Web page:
Cyber security chatter at the week's opening is driven by, first, the US Administration's continued push for punitive operations against the Syrian regime (with attendant minor hacktivism and opportunistic cyber crime), second, the coming anniversary of al Qaeda's 9/11 terror attacks (with Islamist calls for cyber rioting), and third, concerns over NSA surveillance capabilities.
These last are exacerbated by Der Spiegel's weekend reports of pervasive NSA smartphone data inspection. Many observers regard Spiegel's claims as overblown, but they've contributed to general worries about electronic surveillance. The consensus is that NSA generally attacked encryption implementations as opposed to the algorithms themselves (which realization has breathed some life into a long-shot US House bill to restrict backdoors), and that making full use of strong encryption remains an important (and generally effective) security measure.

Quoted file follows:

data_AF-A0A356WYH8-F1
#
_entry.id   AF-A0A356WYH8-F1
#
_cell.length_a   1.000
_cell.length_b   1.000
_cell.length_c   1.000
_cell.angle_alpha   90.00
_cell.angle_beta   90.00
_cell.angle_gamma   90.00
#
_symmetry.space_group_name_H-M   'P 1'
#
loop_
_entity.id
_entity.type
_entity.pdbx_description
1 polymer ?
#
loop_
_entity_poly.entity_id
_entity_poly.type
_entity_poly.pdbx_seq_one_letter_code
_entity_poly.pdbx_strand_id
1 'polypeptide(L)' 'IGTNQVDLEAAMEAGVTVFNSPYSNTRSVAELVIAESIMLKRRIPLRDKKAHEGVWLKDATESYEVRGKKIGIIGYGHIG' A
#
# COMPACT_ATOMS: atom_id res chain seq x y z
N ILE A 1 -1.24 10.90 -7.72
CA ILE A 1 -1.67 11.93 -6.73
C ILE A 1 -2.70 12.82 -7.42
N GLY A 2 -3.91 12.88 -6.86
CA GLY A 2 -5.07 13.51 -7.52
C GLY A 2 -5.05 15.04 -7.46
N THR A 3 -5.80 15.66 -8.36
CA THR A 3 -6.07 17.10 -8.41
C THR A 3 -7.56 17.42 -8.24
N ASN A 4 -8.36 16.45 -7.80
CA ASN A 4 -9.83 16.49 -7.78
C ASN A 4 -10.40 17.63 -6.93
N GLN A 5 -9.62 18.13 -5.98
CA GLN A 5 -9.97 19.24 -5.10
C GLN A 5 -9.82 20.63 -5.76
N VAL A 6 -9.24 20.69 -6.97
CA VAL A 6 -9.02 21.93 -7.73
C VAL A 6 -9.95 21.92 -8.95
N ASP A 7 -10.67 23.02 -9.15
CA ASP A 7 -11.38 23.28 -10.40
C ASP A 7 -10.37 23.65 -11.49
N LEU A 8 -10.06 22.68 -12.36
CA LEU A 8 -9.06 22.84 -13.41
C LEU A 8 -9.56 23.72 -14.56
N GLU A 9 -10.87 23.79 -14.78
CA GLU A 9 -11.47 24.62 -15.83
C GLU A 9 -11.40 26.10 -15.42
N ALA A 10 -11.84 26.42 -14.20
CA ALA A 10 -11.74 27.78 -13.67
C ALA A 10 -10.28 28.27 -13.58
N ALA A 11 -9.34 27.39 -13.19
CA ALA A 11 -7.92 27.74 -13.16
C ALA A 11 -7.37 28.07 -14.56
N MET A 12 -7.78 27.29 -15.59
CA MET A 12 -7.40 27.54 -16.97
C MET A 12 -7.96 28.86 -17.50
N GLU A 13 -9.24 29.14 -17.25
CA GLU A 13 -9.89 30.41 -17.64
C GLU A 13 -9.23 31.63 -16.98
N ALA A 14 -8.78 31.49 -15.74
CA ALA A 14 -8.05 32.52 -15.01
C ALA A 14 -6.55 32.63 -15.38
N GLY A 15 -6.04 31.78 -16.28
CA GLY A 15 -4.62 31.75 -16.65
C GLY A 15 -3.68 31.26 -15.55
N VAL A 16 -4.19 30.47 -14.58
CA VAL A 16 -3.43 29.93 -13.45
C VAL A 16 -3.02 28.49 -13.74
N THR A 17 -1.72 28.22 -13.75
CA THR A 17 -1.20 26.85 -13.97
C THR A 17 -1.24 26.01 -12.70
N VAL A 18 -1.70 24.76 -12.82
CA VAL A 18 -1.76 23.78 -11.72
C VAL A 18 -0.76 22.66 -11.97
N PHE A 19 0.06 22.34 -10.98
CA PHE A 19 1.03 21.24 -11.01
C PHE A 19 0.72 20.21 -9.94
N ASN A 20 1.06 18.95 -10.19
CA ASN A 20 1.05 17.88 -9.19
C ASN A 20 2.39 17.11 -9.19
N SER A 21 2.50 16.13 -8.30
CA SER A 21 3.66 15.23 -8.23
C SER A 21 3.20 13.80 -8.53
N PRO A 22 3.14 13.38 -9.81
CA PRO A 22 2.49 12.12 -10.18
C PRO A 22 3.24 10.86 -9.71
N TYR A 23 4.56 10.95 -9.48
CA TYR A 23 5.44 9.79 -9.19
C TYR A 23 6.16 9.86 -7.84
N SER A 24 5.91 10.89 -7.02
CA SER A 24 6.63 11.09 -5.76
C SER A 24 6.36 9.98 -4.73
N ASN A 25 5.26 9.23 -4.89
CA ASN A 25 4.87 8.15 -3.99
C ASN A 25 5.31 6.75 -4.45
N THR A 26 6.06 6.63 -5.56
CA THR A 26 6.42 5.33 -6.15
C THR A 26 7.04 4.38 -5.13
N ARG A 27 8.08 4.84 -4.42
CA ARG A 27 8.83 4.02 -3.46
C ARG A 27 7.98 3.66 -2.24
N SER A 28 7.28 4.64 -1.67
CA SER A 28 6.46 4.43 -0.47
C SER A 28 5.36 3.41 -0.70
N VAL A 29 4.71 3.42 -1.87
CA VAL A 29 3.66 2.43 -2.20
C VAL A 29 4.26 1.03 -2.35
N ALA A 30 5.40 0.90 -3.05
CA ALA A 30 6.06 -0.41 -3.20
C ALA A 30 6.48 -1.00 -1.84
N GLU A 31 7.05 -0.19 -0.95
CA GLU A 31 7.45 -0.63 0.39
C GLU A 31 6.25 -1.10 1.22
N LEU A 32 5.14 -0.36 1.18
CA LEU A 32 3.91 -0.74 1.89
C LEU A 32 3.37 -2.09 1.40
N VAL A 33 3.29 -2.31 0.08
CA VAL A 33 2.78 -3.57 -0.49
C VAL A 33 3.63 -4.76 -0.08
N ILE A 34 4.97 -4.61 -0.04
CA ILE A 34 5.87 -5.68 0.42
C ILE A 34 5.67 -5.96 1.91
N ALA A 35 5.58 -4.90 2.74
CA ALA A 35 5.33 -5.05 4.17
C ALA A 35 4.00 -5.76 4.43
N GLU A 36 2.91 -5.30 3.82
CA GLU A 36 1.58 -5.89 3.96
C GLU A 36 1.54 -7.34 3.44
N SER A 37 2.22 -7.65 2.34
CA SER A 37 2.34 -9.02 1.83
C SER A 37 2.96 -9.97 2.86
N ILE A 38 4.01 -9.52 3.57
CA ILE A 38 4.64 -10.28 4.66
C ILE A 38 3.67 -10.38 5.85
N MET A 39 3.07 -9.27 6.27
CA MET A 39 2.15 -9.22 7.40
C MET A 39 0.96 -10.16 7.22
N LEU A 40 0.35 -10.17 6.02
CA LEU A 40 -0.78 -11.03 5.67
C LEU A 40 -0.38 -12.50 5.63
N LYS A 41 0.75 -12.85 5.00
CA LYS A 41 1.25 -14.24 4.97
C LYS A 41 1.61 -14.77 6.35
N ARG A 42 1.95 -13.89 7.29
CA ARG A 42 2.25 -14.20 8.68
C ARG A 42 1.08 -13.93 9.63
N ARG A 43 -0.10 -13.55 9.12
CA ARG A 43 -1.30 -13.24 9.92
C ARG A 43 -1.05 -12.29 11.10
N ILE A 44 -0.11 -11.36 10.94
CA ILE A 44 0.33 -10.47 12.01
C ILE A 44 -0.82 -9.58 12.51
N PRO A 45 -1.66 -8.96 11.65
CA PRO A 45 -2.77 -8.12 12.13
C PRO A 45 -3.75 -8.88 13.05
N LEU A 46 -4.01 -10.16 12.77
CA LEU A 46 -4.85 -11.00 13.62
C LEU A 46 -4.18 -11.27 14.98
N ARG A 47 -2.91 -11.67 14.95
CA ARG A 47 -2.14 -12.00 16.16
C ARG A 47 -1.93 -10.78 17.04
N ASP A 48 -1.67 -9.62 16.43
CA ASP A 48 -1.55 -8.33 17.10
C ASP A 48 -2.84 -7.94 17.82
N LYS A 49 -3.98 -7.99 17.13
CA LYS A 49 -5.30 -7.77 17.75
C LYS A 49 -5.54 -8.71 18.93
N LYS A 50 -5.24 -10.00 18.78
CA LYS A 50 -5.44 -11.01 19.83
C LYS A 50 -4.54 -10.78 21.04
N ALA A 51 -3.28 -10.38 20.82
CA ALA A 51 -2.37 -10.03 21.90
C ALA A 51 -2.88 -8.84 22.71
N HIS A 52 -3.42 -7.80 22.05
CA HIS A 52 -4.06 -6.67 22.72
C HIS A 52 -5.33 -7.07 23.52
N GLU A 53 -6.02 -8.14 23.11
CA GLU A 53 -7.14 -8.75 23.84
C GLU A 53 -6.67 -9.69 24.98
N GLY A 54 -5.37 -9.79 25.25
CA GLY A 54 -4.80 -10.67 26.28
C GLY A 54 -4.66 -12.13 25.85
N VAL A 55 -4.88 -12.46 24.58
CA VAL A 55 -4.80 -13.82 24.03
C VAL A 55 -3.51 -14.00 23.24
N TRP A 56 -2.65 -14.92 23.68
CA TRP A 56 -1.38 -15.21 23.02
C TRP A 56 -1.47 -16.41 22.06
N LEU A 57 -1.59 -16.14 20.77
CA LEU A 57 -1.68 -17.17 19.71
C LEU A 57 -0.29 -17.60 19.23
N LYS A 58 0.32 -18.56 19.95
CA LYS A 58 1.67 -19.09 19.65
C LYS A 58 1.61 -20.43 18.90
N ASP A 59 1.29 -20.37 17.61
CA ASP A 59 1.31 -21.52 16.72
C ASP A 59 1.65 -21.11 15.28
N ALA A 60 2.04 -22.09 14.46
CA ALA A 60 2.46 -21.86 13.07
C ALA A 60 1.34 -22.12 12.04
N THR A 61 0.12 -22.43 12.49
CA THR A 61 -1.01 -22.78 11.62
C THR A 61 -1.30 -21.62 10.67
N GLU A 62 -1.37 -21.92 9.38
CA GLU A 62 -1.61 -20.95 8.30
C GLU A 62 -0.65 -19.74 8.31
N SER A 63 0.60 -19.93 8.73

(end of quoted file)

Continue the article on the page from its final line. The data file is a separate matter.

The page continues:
There is no shortage of advice on how to achieve and preserve security, ranging from dead-man switches to quantum cryptography (a bit prematurely, this, despite recent advances—quantum cryptography isn't exactly available at the corner office supply store).
Hackers continue to probe Joomla and WordPress users. Obad and Hesperbot worry online banking customers in Europe and the Middle East. It's increasingly clear that Sykipot malware users target US civil aviation.
Auburn University, recently designated an NSA cyber center of excellence, expands programs that enable students to work with the US Intelligence Community.
As the US seeks to soothe cyber relations with (among others) Germany, Mexico, and Brazil, the Register describes the scope of the Indian government's lawful intercept operations.